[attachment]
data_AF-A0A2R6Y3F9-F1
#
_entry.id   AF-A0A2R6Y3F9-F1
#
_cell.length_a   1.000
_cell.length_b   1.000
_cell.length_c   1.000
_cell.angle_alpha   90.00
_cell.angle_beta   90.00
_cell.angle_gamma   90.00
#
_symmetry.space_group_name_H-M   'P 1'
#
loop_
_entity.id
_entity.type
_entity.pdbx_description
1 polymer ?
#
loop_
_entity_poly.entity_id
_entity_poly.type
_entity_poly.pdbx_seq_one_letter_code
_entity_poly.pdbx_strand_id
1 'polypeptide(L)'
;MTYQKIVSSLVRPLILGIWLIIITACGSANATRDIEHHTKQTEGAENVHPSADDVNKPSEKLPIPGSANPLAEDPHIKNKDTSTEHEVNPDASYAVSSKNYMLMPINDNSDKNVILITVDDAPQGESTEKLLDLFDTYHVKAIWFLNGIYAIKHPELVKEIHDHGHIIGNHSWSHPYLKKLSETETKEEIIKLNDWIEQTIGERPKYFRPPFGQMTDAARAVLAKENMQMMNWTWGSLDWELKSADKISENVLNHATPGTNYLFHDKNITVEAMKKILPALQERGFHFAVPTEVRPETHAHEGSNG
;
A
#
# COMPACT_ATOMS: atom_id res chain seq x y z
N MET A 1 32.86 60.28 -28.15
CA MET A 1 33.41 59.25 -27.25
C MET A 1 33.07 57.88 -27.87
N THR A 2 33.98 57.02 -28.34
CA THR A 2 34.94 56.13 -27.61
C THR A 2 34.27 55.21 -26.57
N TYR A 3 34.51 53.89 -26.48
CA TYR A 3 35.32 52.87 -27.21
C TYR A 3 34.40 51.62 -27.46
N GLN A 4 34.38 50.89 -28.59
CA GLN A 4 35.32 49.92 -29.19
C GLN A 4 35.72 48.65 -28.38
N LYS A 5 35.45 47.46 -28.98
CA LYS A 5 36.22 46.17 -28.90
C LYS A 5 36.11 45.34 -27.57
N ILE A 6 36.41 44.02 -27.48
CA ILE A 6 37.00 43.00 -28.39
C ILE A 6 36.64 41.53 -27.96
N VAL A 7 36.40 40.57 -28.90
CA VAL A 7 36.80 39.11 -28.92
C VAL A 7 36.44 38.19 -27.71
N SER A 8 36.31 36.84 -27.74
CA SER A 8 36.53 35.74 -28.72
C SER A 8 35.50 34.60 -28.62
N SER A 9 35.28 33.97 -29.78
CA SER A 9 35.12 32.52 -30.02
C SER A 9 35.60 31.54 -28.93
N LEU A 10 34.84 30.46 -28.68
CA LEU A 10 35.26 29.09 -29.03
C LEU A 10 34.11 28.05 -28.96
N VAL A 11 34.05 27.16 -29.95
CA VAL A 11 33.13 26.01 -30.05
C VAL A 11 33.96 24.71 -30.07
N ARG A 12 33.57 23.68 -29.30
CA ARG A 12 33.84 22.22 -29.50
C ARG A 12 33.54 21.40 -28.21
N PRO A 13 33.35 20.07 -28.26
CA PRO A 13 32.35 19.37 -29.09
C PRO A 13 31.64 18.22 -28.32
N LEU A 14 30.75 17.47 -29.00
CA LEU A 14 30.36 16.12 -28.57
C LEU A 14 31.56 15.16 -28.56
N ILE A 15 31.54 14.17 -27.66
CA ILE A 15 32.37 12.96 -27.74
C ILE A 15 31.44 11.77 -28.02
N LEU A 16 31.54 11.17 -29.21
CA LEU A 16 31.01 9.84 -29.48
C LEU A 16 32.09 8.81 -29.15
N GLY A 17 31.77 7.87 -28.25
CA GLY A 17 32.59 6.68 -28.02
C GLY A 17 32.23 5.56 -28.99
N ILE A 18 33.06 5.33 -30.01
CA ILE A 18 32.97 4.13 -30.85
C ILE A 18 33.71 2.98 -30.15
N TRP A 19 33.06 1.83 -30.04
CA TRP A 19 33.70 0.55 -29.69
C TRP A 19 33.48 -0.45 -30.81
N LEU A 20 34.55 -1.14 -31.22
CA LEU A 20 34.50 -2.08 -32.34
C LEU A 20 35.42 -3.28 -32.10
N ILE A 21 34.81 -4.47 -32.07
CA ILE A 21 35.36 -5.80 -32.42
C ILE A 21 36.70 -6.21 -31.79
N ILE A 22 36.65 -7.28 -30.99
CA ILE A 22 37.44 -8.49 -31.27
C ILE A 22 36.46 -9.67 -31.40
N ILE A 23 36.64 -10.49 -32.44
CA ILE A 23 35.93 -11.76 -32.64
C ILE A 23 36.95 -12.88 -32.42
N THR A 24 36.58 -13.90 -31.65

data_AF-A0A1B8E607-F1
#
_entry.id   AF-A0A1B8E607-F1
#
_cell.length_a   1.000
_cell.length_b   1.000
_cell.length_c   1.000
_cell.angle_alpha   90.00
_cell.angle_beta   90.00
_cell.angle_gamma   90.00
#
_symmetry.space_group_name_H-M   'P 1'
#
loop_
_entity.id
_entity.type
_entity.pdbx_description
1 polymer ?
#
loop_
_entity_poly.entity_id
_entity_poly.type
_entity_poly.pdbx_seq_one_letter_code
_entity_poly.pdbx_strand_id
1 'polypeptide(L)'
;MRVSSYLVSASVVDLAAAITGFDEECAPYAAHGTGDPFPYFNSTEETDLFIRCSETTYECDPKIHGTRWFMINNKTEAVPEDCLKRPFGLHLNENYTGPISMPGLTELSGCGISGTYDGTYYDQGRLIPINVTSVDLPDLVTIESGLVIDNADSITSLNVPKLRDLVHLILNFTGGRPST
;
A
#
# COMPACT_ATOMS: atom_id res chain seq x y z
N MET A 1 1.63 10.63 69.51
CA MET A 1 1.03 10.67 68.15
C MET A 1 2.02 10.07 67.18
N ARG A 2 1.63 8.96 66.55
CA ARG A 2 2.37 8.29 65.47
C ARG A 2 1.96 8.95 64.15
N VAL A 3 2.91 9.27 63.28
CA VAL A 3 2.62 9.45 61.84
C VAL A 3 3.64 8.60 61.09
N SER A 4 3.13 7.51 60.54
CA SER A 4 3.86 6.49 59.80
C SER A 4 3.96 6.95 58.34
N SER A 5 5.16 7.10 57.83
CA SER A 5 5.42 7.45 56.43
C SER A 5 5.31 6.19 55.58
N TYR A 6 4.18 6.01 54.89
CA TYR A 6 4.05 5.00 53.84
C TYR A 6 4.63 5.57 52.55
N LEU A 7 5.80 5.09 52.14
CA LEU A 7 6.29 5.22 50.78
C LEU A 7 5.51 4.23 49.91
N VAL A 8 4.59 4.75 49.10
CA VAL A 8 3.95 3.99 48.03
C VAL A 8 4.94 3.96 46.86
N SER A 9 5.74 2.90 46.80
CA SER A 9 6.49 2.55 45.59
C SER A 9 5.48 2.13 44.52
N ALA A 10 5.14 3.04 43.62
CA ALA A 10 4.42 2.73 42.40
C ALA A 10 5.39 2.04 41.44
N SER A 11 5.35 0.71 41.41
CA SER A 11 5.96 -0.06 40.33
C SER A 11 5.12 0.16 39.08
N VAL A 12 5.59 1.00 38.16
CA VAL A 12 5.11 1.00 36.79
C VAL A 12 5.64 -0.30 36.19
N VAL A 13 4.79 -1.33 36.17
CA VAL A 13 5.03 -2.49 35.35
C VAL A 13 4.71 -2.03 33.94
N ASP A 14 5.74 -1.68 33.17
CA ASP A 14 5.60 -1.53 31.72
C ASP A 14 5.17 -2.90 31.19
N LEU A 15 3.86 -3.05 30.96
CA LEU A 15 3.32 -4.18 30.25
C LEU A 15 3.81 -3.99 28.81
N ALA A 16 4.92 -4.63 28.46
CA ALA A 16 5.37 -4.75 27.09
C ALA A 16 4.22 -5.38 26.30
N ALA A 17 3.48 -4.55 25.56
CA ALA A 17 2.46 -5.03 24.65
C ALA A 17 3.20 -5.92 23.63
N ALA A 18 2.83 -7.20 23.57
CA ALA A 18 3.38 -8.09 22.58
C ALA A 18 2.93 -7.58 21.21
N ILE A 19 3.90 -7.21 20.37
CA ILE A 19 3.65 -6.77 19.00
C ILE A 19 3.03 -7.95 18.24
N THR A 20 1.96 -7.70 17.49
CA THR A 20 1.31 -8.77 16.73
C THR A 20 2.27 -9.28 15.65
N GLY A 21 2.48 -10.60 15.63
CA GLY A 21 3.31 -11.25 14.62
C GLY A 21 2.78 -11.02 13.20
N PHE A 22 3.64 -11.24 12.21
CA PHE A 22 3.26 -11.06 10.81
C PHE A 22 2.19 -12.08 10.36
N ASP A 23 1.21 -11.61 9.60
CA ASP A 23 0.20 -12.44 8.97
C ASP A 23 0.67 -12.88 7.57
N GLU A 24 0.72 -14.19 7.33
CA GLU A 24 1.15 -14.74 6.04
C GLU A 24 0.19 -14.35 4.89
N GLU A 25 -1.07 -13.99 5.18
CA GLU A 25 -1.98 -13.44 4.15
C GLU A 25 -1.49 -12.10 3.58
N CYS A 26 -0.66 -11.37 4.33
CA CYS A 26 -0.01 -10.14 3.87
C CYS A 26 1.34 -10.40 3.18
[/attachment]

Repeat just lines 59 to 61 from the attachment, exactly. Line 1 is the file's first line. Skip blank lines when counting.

CA LEU A 10 35.26 29.09 -29.03
C LEU A 10 34.11 28.05 -28.96
N VAL A 11 34.05 27.16 -29.95